Skinner, a passionate skier and lover of the great outdoors, has spent the last 14 years bringing exciting upgrades to Granite Peak which has not only reinvigorated skiing at Rib Mountain, but has helped turn around winter tourism.

Since 2000, $26 million has been invested here spawning new hotels, restaurants and businesses that support vacationing skiers. “This is a beautiful location with great opportunities for local and destination skiers alike,” Skinner said

With its 3,500 season pass holders, Granite Peak needs to do more to attract the destination skiers—middle income families—that generate the most sales and economic impact. The expansion project is expected to grow skier visits from 110,000 annually to 200,000.Development

Skinner explained that as many as 300 destination ski areas in the United States have gone out of business in recent decades because they failed to grow and upgrade. The iconic Telemark Resort in Bayfield County is just one to suer this fate, and Rib Mountain itself was close to this point until the improvements that began in 2000 started to take hold.

“Granite Peak has too much going for it to let this happen,” Skinner said. “The next phase of the development will put this area right on target and supply families, local businesses and visitor groups with an extremely captivating attraction.”

The requested leased area will attract more vacation families from major markets, including Chicago and the Twin Cities, and increase annual impact from $30 million to $53 million, while increasing full and part-time jobs to 380. Additionally, the project will give a $20 million boost to local construction.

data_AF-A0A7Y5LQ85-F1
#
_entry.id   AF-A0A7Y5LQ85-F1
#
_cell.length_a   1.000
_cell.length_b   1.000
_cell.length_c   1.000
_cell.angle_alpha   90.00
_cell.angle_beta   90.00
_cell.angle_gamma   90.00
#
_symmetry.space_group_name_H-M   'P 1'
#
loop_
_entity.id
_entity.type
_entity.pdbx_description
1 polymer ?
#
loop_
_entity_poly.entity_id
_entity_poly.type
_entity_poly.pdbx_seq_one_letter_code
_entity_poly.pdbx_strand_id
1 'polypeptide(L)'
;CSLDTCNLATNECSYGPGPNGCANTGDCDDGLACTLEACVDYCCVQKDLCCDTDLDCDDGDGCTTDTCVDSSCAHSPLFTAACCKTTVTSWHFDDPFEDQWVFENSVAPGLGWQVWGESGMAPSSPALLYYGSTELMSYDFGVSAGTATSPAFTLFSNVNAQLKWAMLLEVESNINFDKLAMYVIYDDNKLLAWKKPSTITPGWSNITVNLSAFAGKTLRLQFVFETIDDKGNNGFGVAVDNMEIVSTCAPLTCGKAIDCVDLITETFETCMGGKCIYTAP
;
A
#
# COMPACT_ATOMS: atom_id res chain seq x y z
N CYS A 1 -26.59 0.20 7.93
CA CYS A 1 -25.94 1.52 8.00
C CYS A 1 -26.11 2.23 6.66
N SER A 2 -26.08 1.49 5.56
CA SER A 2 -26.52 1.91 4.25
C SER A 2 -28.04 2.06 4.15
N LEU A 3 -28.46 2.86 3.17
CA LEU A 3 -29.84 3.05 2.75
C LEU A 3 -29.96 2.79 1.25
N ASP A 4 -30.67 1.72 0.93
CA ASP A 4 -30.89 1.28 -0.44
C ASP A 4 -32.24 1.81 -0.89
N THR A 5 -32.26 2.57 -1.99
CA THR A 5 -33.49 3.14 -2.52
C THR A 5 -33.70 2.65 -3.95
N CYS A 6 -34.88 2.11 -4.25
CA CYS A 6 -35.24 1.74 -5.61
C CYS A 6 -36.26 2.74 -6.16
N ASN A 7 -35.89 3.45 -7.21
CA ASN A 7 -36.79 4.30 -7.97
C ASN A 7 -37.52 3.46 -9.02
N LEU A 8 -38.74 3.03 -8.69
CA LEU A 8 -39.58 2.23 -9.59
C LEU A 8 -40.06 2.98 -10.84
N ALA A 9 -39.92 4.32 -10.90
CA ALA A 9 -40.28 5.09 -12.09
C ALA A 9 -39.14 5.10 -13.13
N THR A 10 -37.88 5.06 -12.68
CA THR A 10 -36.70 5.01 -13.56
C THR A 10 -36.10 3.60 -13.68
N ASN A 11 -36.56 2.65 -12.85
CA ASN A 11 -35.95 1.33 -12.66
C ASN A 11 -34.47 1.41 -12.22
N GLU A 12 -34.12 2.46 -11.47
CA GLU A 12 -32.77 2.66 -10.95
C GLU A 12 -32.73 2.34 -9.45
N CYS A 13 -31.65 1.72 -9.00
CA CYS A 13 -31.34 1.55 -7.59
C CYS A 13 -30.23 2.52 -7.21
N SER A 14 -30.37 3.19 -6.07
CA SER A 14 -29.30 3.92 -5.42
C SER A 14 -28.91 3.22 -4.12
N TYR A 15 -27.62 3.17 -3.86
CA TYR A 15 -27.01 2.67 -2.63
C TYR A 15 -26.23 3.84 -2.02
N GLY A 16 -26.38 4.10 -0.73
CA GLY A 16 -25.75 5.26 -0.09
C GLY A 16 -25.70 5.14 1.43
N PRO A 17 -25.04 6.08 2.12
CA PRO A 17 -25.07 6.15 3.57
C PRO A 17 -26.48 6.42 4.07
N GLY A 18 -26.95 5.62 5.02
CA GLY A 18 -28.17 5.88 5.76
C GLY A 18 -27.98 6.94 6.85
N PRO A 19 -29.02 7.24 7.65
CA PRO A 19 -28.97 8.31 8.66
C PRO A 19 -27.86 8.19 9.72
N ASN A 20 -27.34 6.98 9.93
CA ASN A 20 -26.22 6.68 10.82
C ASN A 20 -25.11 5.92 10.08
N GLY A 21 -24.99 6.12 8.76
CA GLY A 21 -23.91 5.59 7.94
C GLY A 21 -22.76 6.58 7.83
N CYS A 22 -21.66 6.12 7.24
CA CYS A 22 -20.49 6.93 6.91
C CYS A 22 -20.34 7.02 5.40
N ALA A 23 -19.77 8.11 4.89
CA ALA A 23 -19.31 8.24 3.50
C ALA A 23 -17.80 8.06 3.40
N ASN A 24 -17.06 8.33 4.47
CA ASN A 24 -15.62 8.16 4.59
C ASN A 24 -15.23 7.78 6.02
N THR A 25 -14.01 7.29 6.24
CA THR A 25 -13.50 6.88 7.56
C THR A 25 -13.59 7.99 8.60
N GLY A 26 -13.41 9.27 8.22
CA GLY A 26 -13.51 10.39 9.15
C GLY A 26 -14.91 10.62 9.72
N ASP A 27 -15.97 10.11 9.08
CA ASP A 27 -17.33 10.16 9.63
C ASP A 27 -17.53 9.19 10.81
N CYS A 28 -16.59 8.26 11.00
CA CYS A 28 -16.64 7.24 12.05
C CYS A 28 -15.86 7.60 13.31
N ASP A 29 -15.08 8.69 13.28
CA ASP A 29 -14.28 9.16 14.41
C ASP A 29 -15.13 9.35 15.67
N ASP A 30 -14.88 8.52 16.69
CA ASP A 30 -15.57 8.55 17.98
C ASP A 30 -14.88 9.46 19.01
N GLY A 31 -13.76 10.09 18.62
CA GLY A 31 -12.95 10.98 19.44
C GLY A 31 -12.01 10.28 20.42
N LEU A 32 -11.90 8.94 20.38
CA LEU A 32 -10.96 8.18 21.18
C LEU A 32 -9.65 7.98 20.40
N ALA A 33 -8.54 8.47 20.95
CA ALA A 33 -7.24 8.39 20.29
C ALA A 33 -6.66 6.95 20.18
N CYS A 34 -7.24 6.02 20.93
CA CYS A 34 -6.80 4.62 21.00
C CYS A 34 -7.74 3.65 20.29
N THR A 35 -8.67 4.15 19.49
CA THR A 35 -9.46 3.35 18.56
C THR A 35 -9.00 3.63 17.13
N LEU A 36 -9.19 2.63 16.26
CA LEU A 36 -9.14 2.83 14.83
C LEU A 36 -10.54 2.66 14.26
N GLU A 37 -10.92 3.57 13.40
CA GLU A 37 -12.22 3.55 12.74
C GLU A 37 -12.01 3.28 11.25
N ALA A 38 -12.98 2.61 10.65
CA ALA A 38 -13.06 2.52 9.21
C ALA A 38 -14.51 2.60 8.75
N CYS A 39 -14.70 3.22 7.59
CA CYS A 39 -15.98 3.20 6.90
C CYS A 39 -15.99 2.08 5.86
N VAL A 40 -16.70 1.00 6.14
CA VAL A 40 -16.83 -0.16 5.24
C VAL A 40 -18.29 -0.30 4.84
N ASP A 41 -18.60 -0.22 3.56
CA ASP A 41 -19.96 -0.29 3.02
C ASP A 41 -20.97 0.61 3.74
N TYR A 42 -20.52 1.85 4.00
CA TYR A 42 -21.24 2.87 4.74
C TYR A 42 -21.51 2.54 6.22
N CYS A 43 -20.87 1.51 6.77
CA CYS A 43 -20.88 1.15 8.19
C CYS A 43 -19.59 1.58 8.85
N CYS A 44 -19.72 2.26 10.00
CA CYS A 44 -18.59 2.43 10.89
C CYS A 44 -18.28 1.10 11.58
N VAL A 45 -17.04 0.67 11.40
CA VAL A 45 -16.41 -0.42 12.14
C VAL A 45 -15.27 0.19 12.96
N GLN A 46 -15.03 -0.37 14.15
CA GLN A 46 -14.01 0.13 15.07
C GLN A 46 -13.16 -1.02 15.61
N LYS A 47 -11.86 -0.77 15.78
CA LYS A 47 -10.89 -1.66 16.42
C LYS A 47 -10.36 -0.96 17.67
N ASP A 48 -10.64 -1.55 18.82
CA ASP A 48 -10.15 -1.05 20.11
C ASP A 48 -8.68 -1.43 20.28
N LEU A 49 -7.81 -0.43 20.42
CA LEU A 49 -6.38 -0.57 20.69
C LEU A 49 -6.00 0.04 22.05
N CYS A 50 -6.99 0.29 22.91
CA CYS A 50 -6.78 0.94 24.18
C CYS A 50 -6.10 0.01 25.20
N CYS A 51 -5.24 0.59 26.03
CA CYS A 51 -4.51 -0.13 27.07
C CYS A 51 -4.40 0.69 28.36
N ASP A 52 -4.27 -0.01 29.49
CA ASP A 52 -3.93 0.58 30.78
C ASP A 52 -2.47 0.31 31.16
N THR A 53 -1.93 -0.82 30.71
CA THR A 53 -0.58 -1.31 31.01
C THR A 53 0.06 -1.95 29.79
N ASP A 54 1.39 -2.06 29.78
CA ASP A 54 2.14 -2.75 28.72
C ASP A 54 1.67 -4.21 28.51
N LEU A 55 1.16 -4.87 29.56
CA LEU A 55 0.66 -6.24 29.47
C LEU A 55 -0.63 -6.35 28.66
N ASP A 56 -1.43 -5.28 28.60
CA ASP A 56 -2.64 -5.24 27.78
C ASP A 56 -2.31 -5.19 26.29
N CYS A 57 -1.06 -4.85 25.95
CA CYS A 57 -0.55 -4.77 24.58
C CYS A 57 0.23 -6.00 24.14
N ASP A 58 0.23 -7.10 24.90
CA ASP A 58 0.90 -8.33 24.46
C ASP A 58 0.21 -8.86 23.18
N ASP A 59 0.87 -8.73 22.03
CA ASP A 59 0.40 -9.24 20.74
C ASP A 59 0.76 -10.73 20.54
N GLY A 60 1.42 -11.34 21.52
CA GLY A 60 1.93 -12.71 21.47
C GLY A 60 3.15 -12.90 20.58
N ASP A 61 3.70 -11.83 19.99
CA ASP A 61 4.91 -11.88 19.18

Another benefit of the expansion will be an increase in the width and scale of crowded runs on busy days. Granite Peak now has 149 acres of ski runs compared to 215 to 306 acres of its four peers in mid-North America that have similar vertical slopes. The addition will increase Granite Peak to 223 acres.

“Granite Peak and Rib Mountain State Park is an exceptional part of this community’s heritage. I want to help preserve this legacy of healthy outdoor recreation in central Wisconsin,” Skinner said.

Public land use for ski areas is relatively common in Wisconsin as about a dozen of the state’s ski parks are located on them. One-half of the U.S. ski areas and at least three-quarters of destination areas are on public land. “Almost all of the largest ones are on public land including Vail, Aspen, Sun Valley and Jackson Hole,” Skinner said.

One of the ways Skinner intends to lessen impact on the State Park environment is by using the smallest amount of land possible. The project will utilize minimal impact clearing methods to minimize habitat and soil disruption. Storm water best management practices will be employed to eliminate impacts to other land or bodies of water.

“The land doesn’t contain any known endangered or sensitive species, nor is it a cultural site,” Skinner said.

Energy conservation will also be the focus of upgrading and constructing new facilities as they incorporate LEED certification and green building practices. The use of solar power is a consideration.

If this proposed lease expansion is approved by this summer, Granite Peak may begin construction in 2016. “We understand that the DNR approval process may take some time to assess the impacted area,” Skinner said. “During this time, we encourage the public to approach us for more information. It’s our intent to strike a balance that’s right for the community and Granite Peak.”